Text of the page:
Breastfeeding is indeed the best option for infants. Not only does it provide the most complete form of nutrition, but it also improves a baby's immune defense, develops intelligence, protects from various illnesses and allergies, and lowers the risk of sudden infant death syndrome (SIDS). No matter how hard formula milk proponents try, nothing can still come even close to what breast milk can offer to little ones.
Now here comes a question that most people are wondering about. If breastfeeding is so beneficial to the baby, how come some mothers still opt to feed their young ones with formula? With all the wondrous health benefits of breast milk, wouldn't they want the best for their babies?
Before you judge these mothers, it is important to know that breastfeeding doesn't come without a challenge. There are various problems associated with this activity that can make it uncomfortable or even painful, keeping mothers from nursing their children. The good news is that these problems come with solutions. Here are some of those that any mother should be prepared for.
Many mothers who try breastfeeding would find their nipples sore, red and pointy. Sore nipples are not a staple of breastfeeding. In fact, these are all indications that a baby has not latched on properly. When feeding your baby, insert your finger into the corner of his mouth to break the latch when you feel that the sucking has become painful. Try latching on once more, encouraging your child to take at least an inch of your areola into his mouth. Air-drying your breast after feeding and using lanolin-based creams can reduce nipple inflammation.
Sometimes, even when your baby has latched on properly, you can still have a painful lump in your breast. This can be due to a blocked milk duct or an infection called mastitis. Even though you possibly have an infection, you can still continue to breastfeed. If the pain is due to a plugged milk duct, alleviate the problem by applying heat compress on the breast for 10 minutes thrice per day. You can also try massaging the breast while you take a warm shower. For an infection, treat it with heat compress and bed rest. A doctor may prescribe you with an antibiotic cream.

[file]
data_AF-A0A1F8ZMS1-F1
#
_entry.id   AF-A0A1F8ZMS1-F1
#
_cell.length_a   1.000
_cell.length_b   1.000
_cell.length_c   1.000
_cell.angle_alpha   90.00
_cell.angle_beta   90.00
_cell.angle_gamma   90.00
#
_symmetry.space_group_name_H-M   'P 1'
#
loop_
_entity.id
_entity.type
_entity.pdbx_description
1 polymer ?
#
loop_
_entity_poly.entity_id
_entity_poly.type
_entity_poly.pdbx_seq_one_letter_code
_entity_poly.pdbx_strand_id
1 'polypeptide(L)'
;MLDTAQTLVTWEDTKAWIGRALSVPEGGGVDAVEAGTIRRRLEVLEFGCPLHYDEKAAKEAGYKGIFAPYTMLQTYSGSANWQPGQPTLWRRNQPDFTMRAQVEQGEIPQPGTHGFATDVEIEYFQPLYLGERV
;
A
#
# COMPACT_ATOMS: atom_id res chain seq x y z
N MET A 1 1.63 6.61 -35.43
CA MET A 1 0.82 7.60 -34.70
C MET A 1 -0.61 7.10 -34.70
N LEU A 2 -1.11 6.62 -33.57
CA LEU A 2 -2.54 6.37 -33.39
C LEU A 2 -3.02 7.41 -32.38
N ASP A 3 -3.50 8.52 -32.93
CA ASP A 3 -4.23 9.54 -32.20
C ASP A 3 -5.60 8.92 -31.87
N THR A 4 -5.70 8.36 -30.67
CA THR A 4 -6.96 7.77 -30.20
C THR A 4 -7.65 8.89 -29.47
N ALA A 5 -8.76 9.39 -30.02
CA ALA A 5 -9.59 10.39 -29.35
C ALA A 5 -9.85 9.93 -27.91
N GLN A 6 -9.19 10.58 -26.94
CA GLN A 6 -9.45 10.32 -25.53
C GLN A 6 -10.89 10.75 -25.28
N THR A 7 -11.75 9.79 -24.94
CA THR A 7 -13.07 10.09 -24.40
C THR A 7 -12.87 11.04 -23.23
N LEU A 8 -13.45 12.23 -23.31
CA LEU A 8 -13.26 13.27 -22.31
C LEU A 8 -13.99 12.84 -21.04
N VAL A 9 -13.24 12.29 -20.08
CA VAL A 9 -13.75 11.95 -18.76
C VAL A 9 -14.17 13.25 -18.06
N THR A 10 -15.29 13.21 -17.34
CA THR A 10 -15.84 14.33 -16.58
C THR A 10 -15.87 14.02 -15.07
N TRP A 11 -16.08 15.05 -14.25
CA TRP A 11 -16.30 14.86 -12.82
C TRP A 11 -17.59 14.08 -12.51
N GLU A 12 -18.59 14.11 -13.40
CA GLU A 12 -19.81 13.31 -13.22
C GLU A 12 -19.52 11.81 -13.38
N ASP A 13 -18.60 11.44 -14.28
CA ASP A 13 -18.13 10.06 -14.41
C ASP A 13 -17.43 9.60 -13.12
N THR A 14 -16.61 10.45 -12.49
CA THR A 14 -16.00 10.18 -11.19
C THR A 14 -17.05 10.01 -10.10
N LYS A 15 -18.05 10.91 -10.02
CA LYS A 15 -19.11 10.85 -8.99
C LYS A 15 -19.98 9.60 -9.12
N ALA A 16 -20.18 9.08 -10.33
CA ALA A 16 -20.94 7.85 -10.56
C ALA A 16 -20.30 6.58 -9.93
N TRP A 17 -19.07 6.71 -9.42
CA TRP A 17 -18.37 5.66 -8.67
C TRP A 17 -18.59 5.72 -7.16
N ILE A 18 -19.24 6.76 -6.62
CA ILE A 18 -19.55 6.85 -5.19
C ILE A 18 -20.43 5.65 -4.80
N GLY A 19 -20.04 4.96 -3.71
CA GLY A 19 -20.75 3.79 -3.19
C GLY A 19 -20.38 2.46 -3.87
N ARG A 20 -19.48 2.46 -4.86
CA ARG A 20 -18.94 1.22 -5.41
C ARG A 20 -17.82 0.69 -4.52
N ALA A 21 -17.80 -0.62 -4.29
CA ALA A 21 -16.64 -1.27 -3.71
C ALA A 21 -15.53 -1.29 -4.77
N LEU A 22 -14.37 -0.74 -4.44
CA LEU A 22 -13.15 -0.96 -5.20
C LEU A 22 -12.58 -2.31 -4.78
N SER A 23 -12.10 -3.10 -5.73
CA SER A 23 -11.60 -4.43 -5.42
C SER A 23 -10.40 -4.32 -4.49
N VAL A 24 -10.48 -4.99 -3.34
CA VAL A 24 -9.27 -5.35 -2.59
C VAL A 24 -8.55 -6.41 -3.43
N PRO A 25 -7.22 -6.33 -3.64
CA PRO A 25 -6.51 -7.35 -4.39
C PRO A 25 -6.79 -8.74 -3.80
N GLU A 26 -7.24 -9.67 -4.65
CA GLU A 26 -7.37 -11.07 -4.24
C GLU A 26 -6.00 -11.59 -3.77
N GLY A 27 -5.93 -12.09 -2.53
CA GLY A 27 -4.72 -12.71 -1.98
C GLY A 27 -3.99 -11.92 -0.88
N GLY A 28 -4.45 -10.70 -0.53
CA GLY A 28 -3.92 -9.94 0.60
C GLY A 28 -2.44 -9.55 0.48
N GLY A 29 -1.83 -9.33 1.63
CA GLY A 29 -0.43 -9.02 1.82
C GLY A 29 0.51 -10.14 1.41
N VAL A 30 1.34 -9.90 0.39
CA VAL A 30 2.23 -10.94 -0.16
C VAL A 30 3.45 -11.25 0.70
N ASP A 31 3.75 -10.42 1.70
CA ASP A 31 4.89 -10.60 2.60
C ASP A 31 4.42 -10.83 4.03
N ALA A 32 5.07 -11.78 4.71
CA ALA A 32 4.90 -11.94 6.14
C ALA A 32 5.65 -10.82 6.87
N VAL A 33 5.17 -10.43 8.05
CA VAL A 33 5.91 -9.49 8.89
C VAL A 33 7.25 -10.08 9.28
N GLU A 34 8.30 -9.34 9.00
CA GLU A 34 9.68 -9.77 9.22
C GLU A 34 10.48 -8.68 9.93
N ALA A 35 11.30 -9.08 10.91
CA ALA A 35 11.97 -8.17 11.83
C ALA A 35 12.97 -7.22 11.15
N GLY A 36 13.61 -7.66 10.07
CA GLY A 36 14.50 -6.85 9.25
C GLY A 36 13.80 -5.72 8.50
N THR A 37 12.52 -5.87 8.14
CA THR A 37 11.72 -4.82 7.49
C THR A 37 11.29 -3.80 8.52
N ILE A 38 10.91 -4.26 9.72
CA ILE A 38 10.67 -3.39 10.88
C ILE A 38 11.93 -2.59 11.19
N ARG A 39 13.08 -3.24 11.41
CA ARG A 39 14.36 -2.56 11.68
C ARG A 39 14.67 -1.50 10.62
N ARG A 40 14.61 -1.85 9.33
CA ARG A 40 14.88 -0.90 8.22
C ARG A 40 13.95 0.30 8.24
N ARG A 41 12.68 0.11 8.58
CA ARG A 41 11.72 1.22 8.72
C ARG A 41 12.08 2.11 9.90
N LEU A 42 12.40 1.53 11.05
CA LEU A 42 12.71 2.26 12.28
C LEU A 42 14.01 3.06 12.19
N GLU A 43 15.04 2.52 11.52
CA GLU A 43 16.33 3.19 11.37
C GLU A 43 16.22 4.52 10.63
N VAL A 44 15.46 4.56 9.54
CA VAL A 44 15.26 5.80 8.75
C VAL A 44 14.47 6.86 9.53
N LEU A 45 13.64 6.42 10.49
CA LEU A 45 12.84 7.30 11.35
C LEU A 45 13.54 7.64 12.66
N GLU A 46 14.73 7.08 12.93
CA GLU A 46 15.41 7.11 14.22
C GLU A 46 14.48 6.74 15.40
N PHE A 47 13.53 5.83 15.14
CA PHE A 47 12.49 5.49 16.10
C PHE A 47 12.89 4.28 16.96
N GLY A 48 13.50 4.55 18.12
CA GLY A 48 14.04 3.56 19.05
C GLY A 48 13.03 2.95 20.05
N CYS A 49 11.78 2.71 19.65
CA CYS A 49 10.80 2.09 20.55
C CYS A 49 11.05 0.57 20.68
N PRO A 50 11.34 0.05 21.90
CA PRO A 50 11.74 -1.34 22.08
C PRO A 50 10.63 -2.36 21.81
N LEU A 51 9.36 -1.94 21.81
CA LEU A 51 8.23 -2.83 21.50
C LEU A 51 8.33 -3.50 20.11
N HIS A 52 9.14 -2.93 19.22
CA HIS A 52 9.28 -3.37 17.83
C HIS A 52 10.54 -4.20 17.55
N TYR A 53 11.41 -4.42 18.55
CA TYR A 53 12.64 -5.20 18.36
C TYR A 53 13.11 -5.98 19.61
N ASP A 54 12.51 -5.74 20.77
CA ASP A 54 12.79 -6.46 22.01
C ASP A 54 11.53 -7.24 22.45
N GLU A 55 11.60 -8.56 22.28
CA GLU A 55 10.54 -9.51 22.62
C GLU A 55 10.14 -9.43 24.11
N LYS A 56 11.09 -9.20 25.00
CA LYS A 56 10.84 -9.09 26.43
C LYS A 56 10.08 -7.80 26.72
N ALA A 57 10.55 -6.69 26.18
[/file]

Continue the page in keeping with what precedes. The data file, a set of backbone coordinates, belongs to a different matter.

Yeast infection may not be as painful as lumps or sore nipples, but this can also be uncomfortable especially on the breast skin surface. It can also affect your baby. Flaky, red or pink breast skin is a sign of yeast infection. A baby may have white spots inside the cheek or persistent diaper rash if infected. You don't have to stop breastfeeding but you need to seek medical help immediately.
This is the most common problem among breastfeeding mothers, which usually occurs during the second to sixth day after the breastfeeding starts. Relieve this condition by applying cold compress on the breast. This will help reduce the swelling. Before you breastfeed, apply a warm pack to help the milk flow. Avoid taking warm showers that can increase swelling and dilate blood vessels inside the breast.